Turkey's fast-growing hair transplant industry is soaking up Syrian refugees
Yet, while tourists in general have dwindled, Turkey has seen a spurt in medical tourism, especially tourism for hair transplants.
With hair transplant clinics springing up like mushrooms, this mini-economy is soaking up informal labour in the form of Syrian refugees.
Hair transplant tourism in numbers
According to Emin Çakmak, the Head of the Development Council of Health Tourism in Turkey, around 750,000 health tourists visited Turkey in 2016, and above 60,000 visit every year for hair transplants. An estimated 150-500 hair transplant surgeries are performed every week in Turkey.
Packaged deals for patients undergoing hair transplant
Hair transplant has become so popular in Turkey that clinics now offer packaged deals to tourists which include hotel bookings, private pick ups from and drops to the airport.
With tonnes of clinics present, and more cropping up, there is also intense price competition among these clinics with many willing to go to extreme measures to keep costs low.
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While hair transplants in the US and Europe cost around $25,000 per surgery, the price tag for hair transplant surgeries in Turkey range from $600 to $2000, making it a favourite for people looking for such surgeries.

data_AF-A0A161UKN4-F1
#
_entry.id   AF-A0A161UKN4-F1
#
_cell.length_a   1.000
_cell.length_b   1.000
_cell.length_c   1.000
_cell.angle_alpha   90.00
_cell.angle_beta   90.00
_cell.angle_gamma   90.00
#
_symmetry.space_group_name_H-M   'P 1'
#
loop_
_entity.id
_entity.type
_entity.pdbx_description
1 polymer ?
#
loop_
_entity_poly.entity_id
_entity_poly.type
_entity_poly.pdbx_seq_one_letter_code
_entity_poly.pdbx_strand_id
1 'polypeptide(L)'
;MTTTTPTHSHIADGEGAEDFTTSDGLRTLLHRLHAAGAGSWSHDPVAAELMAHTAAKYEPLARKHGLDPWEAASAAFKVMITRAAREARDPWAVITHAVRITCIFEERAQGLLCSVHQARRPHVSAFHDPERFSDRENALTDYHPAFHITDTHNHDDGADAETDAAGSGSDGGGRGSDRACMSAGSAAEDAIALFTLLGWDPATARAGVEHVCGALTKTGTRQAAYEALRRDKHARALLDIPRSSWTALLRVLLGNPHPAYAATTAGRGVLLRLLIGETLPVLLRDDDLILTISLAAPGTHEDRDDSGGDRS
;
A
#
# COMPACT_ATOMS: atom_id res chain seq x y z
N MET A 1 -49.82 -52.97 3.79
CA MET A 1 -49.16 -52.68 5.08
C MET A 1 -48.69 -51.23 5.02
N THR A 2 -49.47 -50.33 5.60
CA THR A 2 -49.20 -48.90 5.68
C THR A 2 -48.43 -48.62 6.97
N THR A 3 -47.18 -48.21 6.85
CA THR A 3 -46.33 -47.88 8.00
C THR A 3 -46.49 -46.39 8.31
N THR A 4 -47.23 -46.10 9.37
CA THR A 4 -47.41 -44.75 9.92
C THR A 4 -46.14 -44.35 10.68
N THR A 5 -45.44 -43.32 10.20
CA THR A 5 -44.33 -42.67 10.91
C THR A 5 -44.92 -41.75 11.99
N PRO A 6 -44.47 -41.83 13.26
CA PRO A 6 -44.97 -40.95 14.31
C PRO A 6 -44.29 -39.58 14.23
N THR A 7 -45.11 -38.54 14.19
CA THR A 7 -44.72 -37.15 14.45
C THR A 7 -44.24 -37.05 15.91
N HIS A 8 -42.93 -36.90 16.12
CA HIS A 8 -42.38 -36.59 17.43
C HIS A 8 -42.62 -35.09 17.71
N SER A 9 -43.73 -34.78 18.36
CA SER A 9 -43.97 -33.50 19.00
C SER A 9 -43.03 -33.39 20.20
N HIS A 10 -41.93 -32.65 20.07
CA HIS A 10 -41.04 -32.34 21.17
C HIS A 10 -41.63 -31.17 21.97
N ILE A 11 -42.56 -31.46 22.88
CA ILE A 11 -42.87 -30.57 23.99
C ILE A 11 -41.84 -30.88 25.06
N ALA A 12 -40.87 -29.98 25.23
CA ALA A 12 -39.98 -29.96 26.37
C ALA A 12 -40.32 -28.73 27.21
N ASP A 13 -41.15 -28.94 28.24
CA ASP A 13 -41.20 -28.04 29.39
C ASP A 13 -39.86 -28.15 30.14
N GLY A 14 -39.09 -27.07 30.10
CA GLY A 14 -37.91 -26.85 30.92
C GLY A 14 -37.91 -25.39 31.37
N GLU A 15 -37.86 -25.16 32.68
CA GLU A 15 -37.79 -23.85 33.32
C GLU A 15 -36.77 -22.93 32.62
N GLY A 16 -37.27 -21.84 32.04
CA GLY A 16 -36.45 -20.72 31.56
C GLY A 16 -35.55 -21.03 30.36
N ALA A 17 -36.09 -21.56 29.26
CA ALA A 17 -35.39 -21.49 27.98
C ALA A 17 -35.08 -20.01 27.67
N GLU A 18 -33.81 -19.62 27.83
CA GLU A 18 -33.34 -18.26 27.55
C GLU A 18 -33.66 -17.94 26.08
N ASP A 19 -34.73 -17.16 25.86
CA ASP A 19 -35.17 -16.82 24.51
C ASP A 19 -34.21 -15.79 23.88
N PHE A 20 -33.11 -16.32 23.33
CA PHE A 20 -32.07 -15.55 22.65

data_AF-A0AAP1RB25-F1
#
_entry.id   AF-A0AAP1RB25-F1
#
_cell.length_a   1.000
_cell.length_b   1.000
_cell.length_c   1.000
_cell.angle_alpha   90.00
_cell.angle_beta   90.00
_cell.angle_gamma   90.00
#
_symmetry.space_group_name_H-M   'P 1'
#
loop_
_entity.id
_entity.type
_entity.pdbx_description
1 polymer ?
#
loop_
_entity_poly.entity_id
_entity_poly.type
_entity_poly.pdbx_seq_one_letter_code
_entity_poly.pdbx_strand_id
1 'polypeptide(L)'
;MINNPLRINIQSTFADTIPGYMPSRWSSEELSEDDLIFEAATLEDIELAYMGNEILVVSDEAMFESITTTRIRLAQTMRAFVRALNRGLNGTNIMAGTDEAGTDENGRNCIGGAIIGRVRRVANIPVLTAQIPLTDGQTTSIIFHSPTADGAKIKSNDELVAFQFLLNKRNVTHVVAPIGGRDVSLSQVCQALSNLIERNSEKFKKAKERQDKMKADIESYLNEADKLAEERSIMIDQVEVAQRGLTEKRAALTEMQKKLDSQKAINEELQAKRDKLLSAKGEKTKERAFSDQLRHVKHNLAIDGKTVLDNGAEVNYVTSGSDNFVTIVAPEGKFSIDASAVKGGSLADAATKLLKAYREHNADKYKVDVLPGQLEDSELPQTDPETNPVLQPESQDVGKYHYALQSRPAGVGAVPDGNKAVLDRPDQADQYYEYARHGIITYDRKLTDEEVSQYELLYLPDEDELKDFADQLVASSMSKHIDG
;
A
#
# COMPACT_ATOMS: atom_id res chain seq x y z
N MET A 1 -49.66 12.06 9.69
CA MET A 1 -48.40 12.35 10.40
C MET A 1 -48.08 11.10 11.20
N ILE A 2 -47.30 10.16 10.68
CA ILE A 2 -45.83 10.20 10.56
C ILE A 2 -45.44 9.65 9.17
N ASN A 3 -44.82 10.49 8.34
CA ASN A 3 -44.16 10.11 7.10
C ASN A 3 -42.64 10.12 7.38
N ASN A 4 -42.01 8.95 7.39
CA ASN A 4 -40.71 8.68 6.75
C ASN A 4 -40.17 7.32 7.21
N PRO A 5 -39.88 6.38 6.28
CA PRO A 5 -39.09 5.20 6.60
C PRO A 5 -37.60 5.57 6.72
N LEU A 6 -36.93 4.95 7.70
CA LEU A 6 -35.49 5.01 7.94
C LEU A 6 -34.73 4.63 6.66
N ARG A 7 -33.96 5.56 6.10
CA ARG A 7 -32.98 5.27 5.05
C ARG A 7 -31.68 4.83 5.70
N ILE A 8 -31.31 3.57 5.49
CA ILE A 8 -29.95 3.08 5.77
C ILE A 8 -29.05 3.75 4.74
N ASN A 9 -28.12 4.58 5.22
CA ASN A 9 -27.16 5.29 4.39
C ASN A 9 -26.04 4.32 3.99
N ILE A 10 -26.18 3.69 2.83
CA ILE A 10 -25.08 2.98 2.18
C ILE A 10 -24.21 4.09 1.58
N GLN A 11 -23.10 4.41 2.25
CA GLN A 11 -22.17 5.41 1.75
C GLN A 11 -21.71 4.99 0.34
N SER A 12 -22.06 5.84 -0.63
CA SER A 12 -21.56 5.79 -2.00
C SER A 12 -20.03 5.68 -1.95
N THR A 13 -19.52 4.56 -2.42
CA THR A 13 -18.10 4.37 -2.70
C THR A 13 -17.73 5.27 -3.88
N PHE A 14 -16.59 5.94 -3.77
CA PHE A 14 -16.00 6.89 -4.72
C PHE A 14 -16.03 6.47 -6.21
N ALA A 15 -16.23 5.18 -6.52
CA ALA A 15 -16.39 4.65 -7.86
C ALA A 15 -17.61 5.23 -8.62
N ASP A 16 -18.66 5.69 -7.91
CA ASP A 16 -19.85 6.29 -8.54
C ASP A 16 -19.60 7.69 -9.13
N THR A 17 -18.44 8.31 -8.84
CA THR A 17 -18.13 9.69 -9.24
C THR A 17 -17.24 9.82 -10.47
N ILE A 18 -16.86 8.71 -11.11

Safety standards are lax in the industry
While there exist rules and regulations on the hair transplant industry, most of them are not observed.
For instance, despite legal requirements being present, most operations are performed by nurses and technicians rather than doctors.
Inspectors from Turkey's Health Ministry are bribed on a regular basis, and owing to insider information, clinics observe all rules and regulations when an inspection is on.
A majority of clients come from the Middle East
According to Bugra Ersin Murtezaoglu, the general manager of Natural Hair Turkey, around 90% of clients come from the Middle East as they are less perturbed by the political and security situation in Turkey as opposed to their European or North American counterparts.
Refugees are exploited in a bid to keep costs low
One way clinics keep costs low is by recruiting Syrian refugees who, due to their knowledge of Arabic, are often exploited by employers to attract new clients and handle logistics.
Refugees are often paid poverty-level base salaries with commissions on near impossible sales quotas.
Despite low wages and long hours, most refugees cannot take legal recourse as they lack official work permits.
Syrian refugees have no legal recourse
"Syrian refugees are generally employed in informal economy which means that they are not registered to the social security system and they cannot enjoy their basic rights and liberties," said Emre Eren Korkmaz, a researcher at the International Migration Institute.